Conservative non-weight-bearing treatment was applied on the affected right hip using a brace [22, 23] for 1.5 years after injury. Radiographs at 4 years after injury showed some resultant deformity of the femoral head and shortening of the femoral neck without narrowing of the joint space (Fig. 7). Although growth arrest resulted in a limb length discrepancy of 2 cm, the patient did not have any hip joint dysfunction or any signs of early osteoarthritis; he had a Harris Hip Scale score [24] of 100 points at 4.5 years after injury. He could return to light sports activity without any pain or limited range of motion.

Fig. 7
figure7

Anteroposterior (a) and lateral (b) radiographs at 4 years after injury show some resultant deformity of the femoral head, shortening of the femoral neck, and periarticular ossification without signs of secondary osteoarthritic change

Discussion

Traumatic open anterior dislocation of the hip in children is associated with serious complications and could have a very poor prognosis [1, 5, 9, 10, 25,26,27,28,29]. In our patient’s case, bone scintigraphy after prompt reduction indicated reduced bone turnover on the femoral head due to the severity of the initial trauma [29, 30]. T1-weighted MR images at 2 months after injury showed two bands with low signal intensity in the femoral capital epiphysis, suggesting the existence of osteonecrosis. Gadolinium-enhanced MR images at 2 months showed nonenhanced area in the peripheral region of the femoral capital epiphysis, indicating disruption of artery of the ligamentum teres and branches of superior retinacular artery [17, 18].

Bohr et al. [31] examined the vascular supply to the femoral head following dislocation of the hip joint in newborn rabbits and showed that revascularization takes place through vessels from the trochanteric region and by vessels perforating the epiphyseal plate from the metaphyseal side. Conway et al. [32] reported that revascularization of the necrotic proximal femoral epiphysis in Legg-Calvé-Perthes disease can occur by rapid recanalization of existing vessels or by prolonged neovascularization through the development of new vessels. Kim et al. observed revascularization occurring from the periphery to the central region [15], which is different from our patient’s case. However, no previous report demonstrated the revascularization process of osteonecrosis after traumatic hip dislocation. In this case, serial MR images showed the gadolinium-enhanced region gradually spreading from the center of the epiphysis toward the peripheral region, indicating appreciable revascularization.

Weight-bearing within 6 weeks without accurately assessing either the necrotic area or revascularization might lead to premature breakdown of the hip joint in children with ischemic necrosis after traumatic hip dislocation [5, 9, 10, 14, 33]. Collapse of the necrotic femoral head could occur with earlier weight-bearing during the revascularization process due to the weakness of the affected head resulting from the mechanical stress [34]. Kim et al. reported that joint loading due to muscle contractions can also contribute to the development of the femoral head deformity, but local non-weight-bearing could provide significantly better preservation of the round shape of the femoral head [14, 15]. They reported the gradual revascularization process of the femoral epiphysis in Legg-Calvé-Perthes disease using serial perfusion MRI and recommended that the non-weight-bearing period be based on a certain level of normalization of the signal intensity in the revascularized area due to reossification. In our patient’s case, repeated evaluation of the necrotic area and revascularization using gadolinium-enhanced MRI helped in the careful planning of appropriate time for weight-bearing. Although osteonecrosis in the anterior region caused slight collapse of articular surface of the femoral head, conservative treatment with non-weight-bearing for 1.5 years for the affected hip could achieve favorable outcomes within 4.5 years after injury.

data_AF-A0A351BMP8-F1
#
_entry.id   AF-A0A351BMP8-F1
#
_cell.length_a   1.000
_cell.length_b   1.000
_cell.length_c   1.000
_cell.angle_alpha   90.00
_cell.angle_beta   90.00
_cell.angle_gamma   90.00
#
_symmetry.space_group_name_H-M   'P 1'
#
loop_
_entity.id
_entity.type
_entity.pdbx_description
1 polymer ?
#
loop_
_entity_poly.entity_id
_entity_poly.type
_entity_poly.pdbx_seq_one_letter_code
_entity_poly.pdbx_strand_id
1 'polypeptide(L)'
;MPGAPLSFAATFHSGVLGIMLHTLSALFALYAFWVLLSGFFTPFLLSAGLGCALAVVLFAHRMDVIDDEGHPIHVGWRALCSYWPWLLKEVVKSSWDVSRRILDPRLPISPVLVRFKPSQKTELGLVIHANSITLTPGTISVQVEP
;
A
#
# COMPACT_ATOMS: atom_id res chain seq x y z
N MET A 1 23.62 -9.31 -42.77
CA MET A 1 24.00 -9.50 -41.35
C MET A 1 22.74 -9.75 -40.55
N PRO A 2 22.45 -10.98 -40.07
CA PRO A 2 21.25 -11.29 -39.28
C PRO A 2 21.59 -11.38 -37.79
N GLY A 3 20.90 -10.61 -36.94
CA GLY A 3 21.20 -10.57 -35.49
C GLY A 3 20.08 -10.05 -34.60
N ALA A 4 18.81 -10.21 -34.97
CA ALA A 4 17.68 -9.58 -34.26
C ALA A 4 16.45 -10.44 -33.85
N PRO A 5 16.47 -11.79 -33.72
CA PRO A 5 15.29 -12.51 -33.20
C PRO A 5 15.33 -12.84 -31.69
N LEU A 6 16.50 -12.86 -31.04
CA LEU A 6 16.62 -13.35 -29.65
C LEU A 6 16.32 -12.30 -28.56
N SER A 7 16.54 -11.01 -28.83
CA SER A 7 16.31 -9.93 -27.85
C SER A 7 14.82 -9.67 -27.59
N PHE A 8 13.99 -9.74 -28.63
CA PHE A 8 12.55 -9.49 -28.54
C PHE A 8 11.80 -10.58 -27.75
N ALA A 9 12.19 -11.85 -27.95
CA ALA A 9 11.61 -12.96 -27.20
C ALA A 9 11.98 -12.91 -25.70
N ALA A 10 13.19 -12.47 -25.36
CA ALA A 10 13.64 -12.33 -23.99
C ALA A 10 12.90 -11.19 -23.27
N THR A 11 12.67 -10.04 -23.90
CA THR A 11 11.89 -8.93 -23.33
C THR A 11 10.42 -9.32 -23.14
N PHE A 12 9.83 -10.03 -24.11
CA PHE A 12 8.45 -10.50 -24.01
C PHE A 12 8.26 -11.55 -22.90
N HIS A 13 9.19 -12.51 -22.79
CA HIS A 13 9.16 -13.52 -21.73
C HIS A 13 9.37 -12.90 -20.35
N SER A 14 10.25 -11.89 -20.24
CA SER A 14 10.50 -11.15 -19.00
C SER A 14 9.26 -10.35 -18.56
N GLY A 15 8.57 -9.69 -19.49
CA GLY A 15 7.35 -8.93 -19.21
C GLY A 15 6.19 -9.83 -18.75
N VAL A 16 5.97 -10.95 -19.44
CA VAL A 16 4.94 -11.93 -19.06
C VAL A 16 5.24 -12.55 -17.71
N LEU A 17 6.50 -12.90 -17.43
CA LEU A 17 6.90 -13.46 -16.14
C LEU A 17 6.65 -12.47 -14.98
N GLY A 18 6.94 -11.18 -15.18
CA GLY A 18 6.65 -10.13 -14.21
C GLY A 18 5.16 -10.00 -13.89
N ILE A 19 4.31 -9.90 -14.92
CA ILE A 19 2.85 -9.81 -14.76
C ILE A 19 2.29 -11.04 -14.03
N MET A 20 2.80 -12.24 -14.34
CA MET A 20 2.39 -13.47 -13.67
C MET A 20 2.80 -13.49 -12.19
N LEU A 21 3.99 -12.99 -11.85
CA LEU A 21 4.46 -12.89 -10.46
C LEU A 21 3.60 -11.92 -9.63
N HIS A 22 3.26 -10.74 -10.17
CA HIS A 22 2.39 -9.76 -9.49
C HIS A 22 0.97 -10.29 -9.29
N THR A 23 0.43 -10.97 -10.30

Growth disturbances causing damage to the physis in the peripheral region including the perichondral structures, which play an essential role in the growth of the width and length [35], result in deformity of the proximal femur with leg-length discrepancy [12]. Although long-term follow-up is necessary for early detection of hip arthritis, our patient returned to performing his normal activities without any limitation at 4.5 years after injury.